Breadwallet CEO Aaron Voisine: We Support Core’s Scalability Road Map, but Bitcoin Does Need a Hard Fork

Bitcoin Magazine
Breadwallet CEO Aaron Voisine: We Support Core’s Scalability Road Map, but Bitcoin Does Need a Hard Fork

Breadwallet , according to CEO and co-founder Aaron Voisine, is one of the most popular mobile bitcoin wallets that signed the scaling “ road map ” proposed by Bitcoin Core developer Gregory Maxwell.

Speaking to Bitcoin Magazine, Voisine did emphasize, however, that Bitcoin’s block-size limit will need to be increased through a hard fork as well – and sooner rather than later.

“I’m concerned that it will become increasingly difficult to make hard forks. We should find a durable solution for scalability as soon as possible,” Voisine said.

The block-size dispute, which made headlines throughout 2015, represents a trade-off between the number of transactions the Bitcoin network can handle and its decentralization .

To increase the possible number of transactions, Maxwell’s road map – which found much support among developers – effectively combines a limited block-size increase with additional optimizations. Importantly, this plan heavily relies on Bitcoin Core developer Dr. Pieter Wuille’s Segregated Witness proposal , and, as such, does not require a hard fork any time soon.

“I’m quite excited about Segregated Witness. Breadwallet will support it as soon as it’s rolled out,” Voisine told Bitcoin Magazine. ”I am, however, a little concerned that it might delay the hard fork increase, which will still be necessary. It’s important to increase the maximum block size soon for bitcoin to become a major currency, and to maintain an acceptable user experience.”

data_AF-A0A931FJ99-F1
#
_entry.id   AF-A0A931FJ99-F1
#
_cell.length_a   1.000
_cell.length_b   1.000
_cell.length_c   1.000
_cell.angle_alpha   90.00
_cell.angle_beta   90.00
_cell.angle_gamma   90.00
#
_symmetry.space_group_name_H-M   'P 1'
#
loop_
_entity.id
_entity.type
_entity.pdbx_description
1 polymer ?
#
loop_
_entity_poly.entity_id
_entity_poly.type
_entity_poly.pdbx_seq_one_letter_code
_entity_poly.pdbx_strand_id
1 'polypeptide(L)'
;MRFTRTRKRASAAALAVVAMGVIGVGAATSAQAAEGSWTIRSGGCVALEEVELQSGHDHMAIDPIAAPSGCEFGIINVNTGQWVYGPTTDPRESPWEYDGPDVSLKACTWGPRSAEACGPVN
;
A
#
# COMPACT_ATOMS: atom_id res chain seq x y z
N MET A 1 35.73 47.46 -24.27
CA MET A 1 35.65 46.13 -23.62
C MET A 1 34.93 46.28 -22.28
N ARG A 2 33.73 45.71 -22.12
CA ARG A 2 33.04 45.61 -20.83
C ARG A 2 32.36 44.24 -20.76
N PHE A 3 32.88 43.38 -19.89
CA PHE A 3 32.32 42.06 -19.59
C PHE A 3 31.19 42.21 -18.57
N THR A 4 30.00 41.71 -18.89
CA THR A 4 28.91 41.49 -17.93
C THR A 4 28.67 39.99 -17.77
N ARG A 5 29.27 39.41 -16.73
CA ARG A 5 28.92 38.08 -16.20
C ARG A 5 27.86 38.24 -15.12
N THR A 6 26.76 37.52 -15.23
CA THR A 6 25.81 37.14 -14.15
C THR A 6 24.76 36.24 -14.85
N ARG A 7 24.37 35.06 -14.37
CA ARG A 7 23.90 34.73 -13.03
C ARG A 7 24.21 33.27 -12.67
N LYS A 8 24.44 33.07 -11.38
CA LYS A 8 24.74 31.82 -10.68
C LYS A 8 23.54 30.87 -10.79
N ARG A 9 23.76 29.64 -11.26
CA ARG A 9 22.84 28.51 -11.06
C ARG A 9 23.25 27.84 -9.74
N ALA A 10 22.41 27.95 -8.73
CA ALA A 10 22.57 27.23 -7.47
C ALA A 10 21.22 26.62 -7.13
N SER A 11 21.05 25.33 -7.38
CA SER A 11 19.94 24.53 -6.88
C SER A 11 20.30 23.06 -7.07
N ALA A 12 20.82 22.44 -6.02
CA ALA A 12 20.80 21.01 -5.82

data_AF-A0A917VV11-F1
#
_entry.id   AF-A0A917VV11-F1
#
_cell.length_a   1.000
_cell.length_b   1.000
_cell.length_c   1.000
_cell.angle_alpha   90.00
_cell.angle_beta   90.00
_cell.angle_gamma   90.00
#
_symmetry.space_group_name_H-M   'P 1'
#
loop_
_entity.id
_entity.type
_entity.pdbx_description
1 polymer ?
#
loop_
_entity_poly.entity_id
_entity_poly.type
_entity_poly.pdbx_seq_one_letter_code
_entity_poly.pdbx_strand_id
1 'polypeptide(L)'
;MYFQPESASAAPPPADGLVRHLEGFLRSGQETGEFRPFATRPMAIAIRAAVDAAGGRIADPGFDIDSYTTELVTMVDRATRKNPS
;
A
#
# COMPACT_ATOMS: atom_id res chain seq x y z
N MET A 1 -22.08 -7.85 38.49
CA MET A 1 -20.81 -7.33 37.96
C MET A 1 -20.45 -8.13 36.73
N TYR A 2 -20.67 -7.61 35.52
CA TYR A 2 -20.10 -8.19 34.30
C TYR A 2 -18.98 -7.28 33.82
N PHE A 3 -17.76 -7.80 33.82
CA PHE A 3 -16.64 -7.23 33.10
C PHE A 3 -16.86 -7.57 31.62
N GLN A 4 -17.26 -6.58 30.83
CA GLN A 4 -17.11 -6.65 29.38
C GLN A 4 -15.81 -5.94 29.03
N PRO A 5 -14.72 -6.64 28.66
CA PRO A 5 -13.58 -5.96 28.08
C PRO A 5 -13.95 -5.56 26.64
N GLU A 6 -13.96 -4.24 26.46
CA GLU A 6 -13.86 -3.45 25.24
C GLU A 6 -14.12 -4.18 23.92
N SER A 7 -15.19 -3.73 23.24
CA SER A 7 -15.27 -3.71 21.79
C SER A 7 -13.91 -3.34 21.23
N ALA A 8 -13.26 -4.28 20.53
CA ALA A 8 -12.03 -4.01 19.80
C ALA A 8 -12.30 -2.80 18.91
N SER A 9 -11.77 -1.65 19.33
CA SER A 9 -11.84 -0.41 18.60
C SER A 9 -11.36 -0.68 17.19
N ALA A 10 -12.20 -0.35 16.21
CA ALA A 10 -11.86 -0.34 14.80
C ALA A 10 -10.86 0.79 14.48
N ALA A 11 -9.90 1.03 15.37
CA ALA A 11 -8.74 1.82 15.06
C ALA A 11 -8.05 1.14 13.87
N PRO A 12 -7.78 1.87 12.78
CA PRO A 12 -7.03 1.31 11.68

As such, Voisine agrees with a recent opinion piece by Jeff Garzik and Gavin Andresen, in which the two prominent Bitcoin Core developers call for a block-size limit increase in order to maintain Bitcoin’s current low-fee policy. Allowing blocks to fill up, Garzik and Andresen contend, would constitute a radical change to Bitcoin’s economics which, in turn, could harm Bitcoin companies and drive users away.

“The risk of not increasing the max block size is far greater than the suggested centralization risk,” Voisine said. “Some developers have a strong status-quo bias when it comes to the network rules, but are failing to consider that the network behavior will change radically as use increases and the rules don’t change with it. With billions of dollars worth of value at stake, it is imperative that we take the conservative route and maintain the existing network behavior in the face of growing network use.”

To solve Bitcoin’s scalability issue, Maxwell’s road map envisions a future where most transactions are not recorded on the blockchain at all. Rather, they are conducted on layers built on top of Bitcoin’s blockchain, which some developers predict will have most of the benefits offered by “on-chain” transactions – plus some extra.

This vision is not shared by Breadwallet, however.